The Dawkins Scale
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18-08-2015, 12:52 PM
RE: The Dawkins Scale
(18-08-2015 12:46 PM)Unbeliever Wrote:  Within natural languages like English, there is no need for primitive notions. Terms can be defined as clearly as you like.

... In terms of other words. i.e. not clearly at all Tongue

I think we're more or less on the same page... where page is defined as... the thing which we are on.

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(06-02-2014 03:47 PM)Momsurroundedbyboys Wrote:  And I'm giving myself a conclusion again from all the facepalming.
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18-08-2015, 12:56 PM
RE: The Dawkins Scale
(18-08-2015 12:48 PM)Tomasia Wrote:  
(18-08-2015 10:03 AM)Reltzik Wrote:  Sigh.

We can argue semantics about what counts as an outright belief or a leaning.

Atheism, broadly defined, is an absence (or lack, though I prefer "absence") of a belief that God exists.

Someone at a 4 is absent a belief that God exists.

Similarly, someone at a 5, 6, or 7 is absent a belief that God exists, whatever other beliefs they might have on the subject.

Furthermore, 7 is not KNOWLEDGE, so much as CONFIDENCE. I can be 100% sure the moon is made of silicate rock, and you can be 100% confident that it is made of green cheese, without either of us having checked. Neither of us could properly be said to KNOW based solely on the strength of our confidence. Perhaps there IS evidence to justify that strength, and perhaps there isn't, but that strength of confidence does not for one second logically imply that there is.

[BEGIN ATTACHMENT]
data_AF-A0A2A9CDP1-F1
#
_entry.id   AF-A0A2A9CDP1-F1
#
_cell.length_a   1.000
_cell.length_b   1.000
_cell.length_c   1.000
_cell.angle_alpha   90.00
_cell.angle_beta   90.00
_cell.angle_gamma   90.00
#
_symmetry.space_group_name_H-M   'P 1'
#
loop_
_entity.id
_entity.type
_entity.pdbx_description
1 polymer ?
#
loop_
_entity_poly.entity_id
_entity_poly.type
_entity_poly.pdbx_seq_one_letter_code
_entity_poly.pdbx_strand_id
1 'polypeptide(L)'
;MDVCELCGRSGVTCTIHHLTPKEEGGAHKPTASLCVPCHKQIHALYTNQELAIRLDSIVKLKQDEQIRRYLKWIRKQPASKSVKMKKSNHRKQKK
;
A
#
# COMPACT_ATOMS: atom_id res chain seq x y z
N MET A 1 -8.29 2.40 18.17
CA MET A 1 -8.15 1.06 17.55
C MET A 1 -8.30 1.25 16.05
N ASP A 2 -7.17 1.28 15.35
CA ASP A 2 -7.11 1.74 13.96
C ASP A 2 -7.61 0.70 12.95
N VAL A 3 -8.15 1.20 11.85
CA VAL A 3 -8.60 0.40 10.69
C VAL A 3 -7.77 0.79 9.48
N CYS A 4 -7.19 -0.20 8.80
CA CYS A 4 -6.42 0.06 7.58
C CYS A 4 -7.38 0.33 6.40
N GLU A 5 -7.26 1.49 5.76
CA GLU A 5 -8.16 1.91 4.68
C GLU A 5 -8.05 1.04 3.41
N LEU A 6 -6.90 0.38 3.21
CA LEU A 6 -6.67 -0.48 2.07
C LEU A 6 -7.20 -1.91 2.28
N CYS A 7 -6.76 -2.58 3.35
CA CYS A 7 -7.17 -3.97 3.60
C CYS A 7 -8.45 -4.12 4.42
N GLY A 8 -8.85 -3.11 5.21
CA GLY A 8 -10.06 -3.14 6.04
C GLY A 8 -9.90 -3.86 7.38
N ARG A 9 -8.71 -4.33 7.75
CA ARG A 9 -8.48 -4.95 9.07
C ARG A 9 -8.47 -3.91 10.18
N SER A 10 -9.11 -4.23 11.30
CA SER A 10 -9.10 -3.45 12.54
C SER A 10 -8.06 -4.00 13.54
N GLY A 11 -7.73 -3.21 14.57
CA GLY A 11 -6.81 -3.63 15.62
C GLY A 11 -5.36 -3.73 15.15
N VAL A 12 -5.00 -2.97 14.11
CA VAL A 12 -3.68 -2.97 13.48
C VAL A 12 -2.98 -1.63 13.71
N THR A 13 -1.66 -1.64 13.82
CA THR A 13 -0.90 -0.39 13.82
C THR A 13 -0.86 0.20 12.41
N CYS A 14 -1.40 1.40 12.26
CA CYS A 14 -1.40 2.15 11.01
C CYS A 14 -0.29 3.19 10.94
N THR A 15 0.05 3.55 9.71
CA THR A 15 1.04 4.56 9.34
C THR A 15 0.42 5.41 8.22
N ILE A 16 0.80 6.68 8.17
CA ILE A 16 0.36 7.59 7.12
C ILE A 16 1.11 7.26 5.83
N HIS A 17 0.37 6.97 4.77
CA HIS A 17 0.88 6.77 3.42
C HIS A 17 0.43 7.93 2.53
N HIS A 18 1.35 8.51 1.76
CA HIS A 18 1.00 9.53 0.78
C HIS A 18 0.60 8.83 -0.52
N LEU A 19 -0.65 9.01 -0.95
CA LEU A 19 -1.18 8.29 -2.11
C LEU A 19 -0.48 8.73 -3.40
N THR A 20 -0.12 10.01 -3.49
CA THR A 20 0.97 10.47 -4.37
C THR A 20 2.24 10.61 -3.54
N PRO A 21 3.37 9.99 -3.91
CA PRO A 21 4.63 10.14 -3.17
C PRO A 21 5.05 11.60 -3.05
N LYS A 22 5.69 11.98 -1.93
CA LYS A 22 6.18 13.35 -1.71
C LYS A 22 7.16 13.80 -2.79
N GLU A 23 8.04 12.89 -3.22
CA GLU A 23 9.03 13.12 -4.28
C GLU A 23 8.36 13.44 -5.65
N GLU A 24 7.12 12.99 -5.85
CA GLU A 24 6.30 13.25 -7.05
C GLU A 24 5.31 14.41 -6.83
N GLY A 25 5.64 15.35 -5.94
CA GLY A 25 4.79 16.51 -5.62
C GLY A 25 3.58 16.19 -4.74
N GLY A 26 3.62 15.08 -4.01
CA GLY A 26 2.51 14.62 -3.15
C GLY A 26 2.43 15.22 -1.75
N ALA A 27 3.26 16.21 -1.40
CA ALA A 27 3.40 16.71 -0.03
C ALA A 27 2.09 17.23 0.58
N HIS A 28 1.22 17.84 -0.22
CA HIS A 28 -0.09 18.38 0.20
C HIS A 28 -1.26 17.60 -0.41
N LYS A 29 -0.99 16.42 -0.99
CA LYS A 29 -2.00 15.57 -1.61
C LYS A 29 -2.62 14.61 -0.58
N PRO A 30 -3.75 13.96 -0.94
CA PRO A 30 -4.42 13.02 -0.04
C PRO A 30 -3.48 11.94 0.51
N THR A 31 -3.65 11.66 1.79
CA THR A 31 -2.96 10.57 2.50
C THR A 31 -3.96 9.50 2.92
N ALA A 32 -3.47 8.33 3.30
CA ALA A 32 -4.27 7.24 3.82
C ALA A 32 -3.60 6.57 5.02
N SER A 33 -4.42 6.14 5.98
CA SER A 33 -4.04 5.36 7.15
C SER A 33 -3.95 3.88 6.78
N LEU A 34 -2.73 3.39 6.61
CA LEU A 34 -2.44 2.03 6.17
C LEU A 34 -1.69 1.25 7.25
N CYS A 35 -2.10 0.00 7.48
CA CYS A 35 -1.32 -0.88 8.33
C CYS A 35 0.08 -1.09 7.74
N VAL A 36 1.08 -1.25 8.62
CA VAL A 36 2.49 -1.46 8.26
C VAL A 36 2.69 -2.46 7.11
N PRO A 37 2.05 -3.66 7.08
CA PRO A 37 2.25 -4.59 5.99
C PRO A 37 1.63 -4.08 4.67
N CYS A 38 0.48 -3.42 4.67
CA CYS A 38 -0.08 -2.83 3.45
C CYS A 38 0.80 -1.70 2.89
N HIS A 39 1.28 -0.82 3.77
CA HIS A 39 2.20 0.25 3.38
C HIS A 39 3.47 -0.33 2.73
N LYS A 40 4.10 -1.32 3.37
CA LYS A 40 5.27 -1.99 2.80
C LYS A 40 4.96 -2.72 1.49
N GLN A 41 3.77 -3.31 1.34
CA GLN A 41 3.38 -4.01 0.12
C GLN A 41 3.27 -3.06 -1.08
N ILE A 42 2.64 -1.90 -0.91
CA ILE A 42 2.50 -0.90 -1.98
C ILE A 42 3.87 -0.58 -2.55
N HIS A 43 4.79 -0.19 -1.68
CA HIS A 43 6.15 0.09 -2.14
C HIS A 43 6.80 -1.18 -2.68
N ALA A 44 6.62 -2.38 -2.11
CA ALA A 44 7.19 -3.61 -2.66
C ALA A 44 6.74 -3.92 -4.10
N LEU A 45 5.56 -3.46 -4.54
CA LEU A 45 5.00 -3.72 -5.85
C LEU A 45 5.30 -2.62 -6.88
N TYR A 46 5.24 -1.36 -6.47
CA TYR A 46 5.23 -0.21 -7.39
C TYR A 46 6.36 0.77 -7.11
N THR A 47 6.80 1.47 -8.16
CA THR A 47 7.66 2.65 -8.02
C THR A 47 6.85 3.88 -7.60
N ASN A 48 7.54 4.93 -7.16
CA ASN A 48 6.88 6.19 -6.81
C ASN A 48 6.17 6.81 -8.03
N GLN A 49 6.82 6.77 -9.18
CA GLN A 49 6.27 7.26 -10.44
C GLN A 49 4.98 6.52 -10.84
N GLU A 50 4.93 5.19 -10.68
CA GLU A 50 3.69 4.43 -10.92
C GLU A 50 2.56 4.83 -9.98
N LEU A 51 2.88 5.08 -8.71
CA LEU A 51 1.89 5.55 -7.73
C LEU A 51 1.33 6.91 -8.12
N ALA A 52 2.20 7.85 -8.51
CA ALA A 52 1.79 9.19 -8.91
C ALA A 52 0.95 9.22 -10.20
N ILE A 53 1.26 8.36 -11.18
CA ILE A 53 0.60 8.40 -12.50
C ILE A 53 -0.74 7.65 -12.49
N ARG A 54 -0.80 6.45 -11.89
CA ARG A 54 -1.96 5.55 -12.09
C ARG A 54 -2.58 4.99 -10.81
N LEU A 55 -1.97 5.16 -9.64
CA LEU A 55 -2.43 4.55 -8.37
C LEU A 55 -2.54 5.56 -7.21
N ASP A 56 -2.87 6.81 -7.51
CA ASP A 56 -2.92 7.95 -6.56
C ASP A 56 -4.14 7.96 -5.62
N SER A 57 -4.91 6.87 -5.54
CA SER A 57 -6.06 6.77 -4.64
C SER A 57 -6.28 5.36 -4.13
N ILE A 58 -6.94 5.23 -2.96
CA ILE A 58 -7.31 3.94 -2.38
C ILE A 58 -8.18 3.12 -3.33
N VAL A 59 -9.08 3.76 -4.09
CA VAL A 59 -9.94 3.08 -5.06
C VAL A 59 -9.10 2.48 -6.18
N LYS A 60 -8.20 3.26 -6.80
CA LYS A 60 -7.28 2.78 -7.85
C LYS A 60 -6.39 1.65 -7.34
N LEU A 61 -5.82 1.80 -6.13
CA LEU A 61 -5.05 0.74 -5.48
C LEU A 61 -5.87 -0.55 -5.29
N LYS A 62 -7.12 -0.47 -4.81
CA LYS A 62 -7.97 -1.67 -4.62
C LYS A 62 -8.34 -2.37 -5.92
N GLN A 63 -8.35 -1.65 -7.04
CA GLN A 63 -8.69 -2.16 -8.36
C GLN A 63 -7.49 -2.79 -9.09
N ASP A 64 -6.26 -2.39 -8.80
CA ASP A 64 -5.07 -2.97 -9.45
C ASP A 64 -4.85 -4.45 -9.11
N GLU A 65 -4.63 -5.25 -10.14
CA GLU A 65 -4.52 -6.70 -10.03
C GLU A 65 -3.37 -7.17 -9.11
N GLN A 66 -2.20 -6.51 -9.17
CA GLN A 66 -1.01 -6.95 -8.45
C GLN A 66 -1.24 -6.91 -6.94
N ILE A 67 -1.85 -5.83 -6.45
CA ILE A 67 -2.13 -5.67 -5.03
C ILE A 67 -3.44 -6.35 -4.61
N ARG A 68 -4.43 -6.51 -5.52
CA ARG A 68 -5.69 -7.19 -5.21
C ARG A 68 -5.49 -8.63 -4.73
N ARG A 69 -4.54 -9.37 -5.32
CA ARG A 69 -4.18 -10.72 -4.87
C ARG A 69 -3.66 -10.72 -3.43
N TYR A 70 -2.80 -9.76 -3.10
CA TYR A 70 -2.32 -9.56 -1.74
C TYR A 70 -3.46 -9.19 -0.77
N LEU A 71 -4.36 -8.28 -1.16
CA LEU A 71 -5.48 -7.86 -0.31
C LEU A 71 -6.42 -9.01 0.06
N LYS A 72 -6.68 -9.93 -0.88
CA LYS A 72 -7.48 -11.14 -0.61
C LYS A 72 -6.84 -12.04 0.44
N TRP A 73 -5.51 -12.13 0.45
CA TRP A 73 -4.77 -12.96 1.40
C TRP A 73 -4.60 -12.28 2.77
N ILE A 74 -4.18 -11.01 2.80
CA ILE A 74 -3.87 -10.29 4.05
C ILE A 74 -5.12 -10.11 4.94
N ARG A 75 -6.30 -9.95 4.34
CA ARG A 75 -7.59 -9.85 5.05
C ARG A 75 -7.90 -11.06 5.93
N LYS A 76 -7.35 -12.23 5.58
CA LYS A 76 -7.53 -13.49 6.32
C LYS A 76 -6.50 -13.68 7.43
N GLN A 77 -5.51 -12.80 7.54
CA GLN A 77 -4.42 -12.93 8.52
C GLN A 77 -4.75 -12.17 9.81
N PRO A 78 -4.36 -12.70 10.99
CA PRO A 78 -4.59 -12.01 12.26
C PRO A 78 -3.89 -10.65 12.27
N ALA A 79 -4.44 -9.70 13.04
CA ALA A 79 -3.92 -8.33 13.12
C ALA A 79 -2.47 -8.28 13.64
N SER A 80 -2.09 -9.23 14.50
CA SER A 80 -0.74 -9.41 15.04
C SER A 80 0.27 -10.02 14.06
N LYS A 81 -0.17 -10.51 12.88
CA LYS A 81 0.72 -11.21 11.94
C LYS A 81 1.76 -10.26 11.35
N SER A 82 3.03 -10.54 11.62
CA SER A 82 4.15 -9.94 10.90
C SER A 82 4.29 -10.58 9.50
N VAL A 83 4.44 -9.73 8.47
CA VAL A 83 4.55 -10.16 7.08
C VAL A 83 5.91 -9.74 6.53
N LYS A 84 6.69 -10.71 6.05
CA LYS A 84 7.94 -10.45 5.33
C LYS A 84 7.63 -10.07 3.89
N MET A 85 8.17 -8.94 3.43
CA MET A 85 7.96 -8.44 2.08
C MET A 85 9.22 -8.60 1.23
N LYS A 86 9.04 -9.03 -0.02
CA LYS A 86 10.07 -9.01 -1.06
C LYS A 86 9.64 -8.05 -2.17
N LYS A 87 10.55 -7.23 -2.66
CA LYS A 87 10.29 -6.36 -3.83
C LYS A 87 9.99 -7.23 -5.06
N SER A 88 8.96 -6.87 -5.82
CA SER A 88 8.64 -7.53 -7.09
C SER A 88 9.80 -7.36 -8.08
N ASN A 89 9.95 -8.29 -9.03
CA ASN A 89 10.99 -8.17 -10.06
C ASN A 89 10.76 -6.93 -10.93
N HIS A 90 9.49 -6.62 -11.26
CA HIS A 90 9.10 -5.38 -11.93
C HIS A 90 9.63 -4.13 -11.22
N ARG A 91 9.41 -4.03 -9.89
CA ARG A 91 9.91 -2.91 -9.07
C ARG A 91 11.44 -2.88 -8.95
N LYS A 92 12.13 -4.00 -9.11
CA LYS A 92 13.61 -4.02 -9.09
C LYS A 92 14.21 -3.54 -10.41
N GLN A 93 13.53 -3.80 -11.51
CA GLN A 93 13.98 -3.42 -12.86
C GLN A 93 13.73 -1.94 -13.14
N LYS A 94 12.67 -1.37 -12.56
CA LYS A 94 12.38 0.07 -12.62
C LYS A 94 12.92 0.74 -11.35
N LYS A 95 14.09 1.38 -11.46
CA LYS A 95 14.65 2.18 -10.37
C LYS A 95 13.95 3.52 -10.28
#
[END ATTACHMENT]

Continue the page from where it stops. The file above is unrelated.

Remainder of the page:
Well, we're referring to a predefined scale here, invented by Dawkins, in which belief implies something we feel certain of above 50% but less than 100%.

So it matters less what you think constitutes a belief, but rather how the scale defines belief, if we're using this scale to label ourselves.

I wouldn't say he invited it, more just copied the Kinsey Scale and applied it to Theism.

I actually think applying it more firmly to the old Kinsey Scale would work better in the way that he has a label outside the scale as X for Asexual people. Just as I think Huxley-Agnostic people would be an X that don't apply. Those agnostics who think it isn't knowable either way.

"Allow there to be a spectrum in all that you see" - Neil Degrasse Tyson
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18-08-2015, 12:58 PM
RE: The Dawkins Scale
(18-08-2015 12:50 PM)Tomasia Wrote:  
(18-08-2015 10:04 AM)Chas Wrote:  Not in the sense you are trying to imply.
Admitting the possibility of existence is not a belief in the existence.

Admitting something is more possible than not (above 50%) is a belief, particularly as Dawkins define it.

Where does Dawkins use either percentages or the word belief in the definitions of 4 - 6?

Skepticism is not a position; it is an approach to claims.
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18-08-2015, 01:02 PM
RE: The Dawkins Scale
I'm going to say I'm a 7, cause I've got a strong feeling that no evidence will be presented in my lifetime for the existence of the supernatural.
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18-08-2015, 01:02 PM
RE: The Dawkins Scale
(18-08-2015 12:50 PM)Tomasia Wrote:  
(18-08-2015 10:04 AM)Chas Wrote:  Not in the sense you are trying to imply.
Admitting the possibility of existence is not a belief in the existence.

Admitting something is more possible than not (above 50%) is a belief, particularly as Dawkins define it.